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Thursday, November 27, 2008

Giving the gift of 'choice'

Celebrate Christ's birth by, well, terminating a pregnancy.

Posted by Terry O'Neill on November 27, 2008 in Current Affairs | Permalink


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...why not, they aborted the meaning of Christmas.

Posted by: tomax7 | 2008-11-27 9:02:47 AM

Christ's birth? Christmas has always been as much a secular holiday as a Christian one. Besides, if God really minds what people are giving for Christmas, he always has the power to smite them. Maybe he has better things to do.

Posted by: Fact Check | 2008-11-27 9:11:42 AM

Christmas goes back 2,000 years, Fact Check. Have you got proof of its secular aspect from, say, 398 A.D.?

Posted by: Shane Matthews | 2008-11-27 10:02:39 AM

Christmas goes back 2,000 years, Fact Check. Have you got proof of its secular aspect from, say, 398 A.D.?

Posted by: Shane Matthews | 27-Nov-08 10:02:39 AM

I am not FactCheck and I know you are a bit.... well dense when it comes to things that don't fit in your view of the world, but I try anyway:


The middle of winter has long been a time of celebration around the world. Centuries before the arrival of the man called Jesus, early Europeans celebrated light and birth in the darkest days of winter. Many peoples rejoiced during the winter solstice, when the worst of the winter was behind them and they could look forward to longer days and extended hours of sunlight.
In Scandinavia, the Norse celebrated Yule from December 21, the winter solstice, through January. In recognition of the return of the sun, fathers and sons would bring home large logs, which they would set on fire. The people would feast until the log burned out, which could take as many as 12 days. The Norse believed that each spark from the fire represented a new pig or calf that would be born during the coming year.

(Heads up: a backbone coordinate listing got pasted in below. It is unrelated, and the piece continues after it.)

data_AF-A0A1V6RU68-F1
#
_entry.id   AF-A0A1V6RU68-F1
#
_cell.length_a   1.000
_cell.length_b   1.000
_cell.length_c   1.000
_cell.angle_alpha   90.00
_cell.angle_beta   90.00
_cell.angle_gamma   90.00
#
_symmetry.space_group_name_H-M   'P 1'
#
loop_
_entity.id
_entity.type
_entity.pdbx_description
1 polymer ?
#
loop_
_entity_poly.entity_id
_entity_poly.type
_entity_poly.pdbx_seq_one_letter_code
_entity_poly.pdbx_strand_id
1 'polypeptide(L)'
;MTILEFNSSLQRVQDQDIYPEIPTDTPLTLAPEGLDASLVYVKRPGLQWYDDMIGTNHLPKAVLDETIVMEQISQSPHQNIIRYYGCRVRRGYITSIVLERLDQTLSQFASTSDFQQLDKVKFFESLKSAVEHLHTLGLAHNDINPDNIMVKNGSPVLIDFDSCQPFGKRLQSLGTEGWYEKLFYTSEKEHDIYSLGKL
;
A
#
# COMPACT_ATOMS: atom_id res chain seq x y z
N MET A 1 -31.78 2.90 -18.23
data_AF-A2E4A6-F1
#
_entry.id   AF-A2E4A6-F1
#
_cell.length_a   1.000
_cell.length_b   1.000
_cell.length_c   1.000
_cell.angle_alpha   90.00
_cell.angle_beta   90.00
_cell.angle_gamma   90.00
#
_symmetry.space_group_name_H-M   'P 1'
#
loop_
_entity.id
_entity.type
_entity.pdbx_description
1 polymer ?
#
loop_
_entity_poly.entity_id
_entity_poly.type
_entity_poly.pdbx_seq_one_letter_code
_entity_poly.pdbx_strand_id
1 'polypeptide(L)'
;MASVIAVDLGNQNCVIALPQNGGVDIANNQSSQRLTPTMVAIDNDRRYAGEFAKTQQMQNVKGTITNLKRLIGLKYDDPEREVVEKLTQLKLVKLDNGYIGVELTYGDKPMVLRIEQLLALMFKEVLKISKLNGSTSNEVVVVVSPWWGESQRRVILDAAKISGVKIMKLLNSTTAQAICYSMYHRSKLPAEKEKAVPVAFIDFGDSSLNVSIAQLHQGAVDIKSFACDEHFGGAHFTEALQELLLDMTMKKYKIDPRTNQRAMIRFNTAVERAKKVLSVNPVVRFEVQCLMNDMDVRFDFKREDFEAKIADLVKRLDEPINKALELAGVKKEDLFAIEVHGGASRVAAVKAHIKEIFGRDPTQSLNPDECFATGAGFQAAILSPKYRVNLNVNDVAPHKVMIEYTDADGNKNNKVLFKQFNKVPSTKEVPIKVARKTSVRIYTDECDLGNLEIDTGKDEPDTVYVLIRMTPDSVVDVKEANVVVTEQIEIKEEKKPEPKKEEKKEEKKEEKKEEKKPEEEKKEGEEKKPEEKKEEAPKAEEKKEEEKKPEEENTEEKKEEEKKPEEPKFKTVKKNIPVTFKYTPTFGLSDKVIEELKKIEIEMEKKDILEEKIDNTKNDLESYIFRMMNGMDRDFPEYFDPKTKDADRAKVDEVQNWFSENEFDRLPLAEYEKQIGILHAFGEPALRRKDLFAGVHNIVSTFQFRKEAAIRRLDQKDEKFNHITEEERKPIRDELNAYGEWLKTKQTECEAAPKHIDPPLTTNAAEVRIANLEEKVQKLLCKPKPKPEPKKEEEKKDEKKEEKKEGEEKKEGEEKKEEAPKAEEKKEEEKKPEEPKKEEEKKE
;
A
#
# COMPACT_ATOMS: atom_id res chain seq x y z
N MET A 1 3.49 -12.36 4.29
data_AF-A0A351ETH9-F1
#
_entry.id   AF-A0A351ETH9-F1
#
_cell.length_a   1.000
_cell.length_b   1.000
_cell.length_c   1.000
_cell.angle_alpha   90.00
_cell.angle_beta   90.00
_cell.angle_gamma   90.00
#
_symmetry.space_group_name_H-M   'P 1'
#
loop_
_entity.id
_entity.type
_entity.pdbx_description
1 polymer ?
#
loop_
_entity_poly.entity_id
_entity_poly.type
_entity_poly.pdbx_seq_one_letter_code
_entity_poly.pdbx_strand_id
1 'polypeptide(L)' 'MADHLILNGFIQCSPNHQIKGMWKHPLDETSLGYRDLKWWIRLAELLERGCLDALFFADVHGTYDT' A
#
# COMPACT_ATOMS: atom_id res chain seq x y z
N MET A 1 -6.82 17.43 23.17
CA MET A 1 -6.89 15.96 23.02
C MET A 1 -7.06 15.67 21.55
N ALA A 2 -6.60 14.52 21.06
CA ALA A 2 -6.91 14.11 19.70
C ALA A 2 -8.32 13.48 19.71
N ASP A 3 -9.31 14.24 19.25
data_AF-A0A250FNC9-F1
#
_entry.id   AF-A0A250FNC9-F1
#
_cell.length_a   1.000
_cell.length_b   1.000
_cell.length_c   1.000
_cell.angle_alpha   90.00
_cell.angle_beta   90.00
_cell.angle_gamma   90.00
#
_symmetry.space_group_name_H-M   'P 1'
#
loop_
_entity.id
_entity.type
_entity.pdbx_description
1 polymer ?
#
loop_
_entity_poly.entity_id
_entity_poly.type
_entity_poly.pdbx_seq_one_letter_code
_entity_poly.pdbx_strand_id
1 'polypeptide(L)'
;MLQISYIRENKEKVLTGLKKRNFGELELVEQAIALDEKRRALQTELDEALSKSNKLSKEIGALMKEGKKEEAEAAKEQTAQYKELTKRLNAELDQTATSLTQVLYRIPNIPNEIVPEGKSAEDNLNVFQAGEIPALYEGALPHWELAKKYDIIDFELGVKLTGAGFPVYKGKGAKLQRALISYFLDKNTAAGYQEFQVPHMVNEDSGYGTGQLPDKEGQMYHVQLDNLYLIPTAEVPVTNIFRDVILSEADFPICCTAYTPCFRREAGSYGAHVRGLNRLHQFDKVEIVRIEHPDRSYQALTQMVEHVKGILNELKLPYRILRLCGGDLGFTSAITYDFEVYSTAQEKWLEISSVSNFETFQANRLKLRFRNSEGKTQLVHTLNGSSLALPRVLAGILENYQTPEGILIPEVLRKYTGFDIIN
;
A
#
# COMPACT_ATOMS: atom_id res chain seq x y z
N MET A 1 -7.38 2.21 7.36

The end of December was a perfect time for celebration in most areas of Europe. At that time of year, most cattle were slaughtered so they would not have to be fed during the winter. For many, it was the only time of year when they had a supply of fresh meat. In addition, most wine and beer made during the year was finally fermented and ready for drinking.
In Germany, people honored the pagan god Oden during the mid-winter holiday. Germans were terrified of Oden, as they believed he made nocturnal flights through the sky to observe his people, and then decide who would prosper or perish. Because of his presence, many people chose to stay inside.

More on history.com: http://tinyurl.com/tyjsn

Posted by: Snowrunner | 2008-11-27 5:30:03 PM

Personally, I love Christmas and most of the trappings that go with it , but it means different things to different people. I carry on the traditions handed down from my parents and my children carry on what they grew up with. We have friends that both love and hate this festive season and that is their choise. Whether it's all about baby Jesus or baby burp and fart from Kmart is entirely up to them. Life is simple. If you enjoy it...celebrate it in your own way. If not , leave it alone.

Posted by: peterj | 2008-11-27 7:22:39 PM

Well said Snowrunner...

I love christmas too peterj, and I celebrate it the same way my (atheist) parents did when I grew up. Food, family and good times... a break from work, fun with the kids, an abundance of really good booze! It's all a part of the season to me, and I love it!

I don't mind nativity scenes or saying 'merry christmas' - it's also part of the season to me. Season's greetings, merry christmas, who cares!! Enjoy in your own way...

Posted by: joe agnost | 2008-11-28 10:37:51 AM

The word Christ in Christmas says it all.

more banning eh Matthew? free speech my ass!!!!!

Posted by: Merle | 2008-12-17 6:48:37 PM

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